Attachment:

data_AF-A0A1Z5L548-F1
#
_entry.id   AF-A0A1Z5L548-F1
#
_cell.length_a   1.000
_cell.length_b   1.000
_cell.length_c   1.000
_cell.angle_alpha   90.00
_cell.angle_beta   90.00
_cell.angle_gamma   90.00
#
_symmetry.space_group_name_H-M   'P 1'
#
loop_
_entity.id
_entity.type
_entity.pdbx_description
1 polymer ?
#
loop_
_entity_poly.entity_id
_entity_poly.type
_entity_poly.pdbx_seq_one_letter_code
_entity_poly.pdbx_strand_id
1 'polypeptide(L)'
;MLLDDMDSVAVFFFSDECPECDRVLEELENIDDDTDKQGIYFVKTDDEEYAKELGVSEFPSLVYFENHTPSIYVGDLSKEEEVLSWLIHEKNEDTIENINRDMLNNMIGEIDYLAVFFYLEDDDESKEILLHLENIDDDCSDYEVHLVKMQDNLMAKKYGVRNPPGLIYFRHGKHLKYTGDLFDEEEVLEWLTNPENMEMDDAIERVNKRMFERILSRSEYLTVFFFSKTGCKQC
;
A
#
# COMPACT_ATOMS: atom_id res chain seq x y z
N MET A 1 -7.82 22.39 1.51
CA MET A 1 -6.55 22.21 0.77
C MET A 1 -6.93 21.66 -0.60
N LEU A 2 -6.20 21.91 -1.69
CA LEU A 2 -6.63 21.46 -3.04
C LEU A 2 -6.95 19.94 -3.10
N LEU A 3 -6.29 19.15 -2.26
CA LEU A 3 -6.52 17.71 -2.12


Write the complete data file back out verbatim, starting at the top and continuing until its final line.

data_AF-A0A1Z5L548-F1
#
_entry.id   AF-A0A1Z5L548-F1
#
_cell.length_a   1.000
_cell.length_b   1.000
_cell.length_c   1.000
_cell.angle_alpha   90.00
_cell.angle_beta   90.00
_cell.angle_gamma   90.00
#
_symmetry.space_group_name_H-M   'P 1'
#
loop_
_entity.id
_entity.type
_entity.pdbx_description
1 polymer ?
#
loop_
_entity_poly.entity_id
_entity_poly.type
_entity_poly.pdbx_seq_one_letter_code
_entity_poly.pdbx_strand_id
1 'polypeptide(L)'
;MLLDDMDSVAVFFFSDECPECDRVLEELENIDDDTDKQGIYFVKTDDEEYAKELGVSEFPSLVYFENHTPSIYVGDLSKEEEVLSWLIHEKNEDTIENINRDMLNNMIGEIDYLAVFFYLEDDDESKEILLHLENIDDDCSDYEVHLVKMQDNLMAKKYGVRNPPGLIYFRHGKHLKYTGDLFDEEEVLEWLTNPENMEMDDAIERVNKRMFERILSRSEYLTVFFFSKTGCKQC
;
A
#
# COMPACT_ATOMS: atom_id res chain seq x y z
N MET A 1 -7.82 22.39 1.51
CA MET A 1 -6.55 22.21 0.77
C MET A 1 -6.93 21.66 -0.60
N LEU A 2 -6.20 21.91 -1.69
CA LEU A 2 -6.63 21.46 -3.04
C LEU A 2 -6.95 19.94 -3.10
N LEU A 3 -6.29 19.15 -2.26
CA LEU A 3 -6.52 17.71 -2.12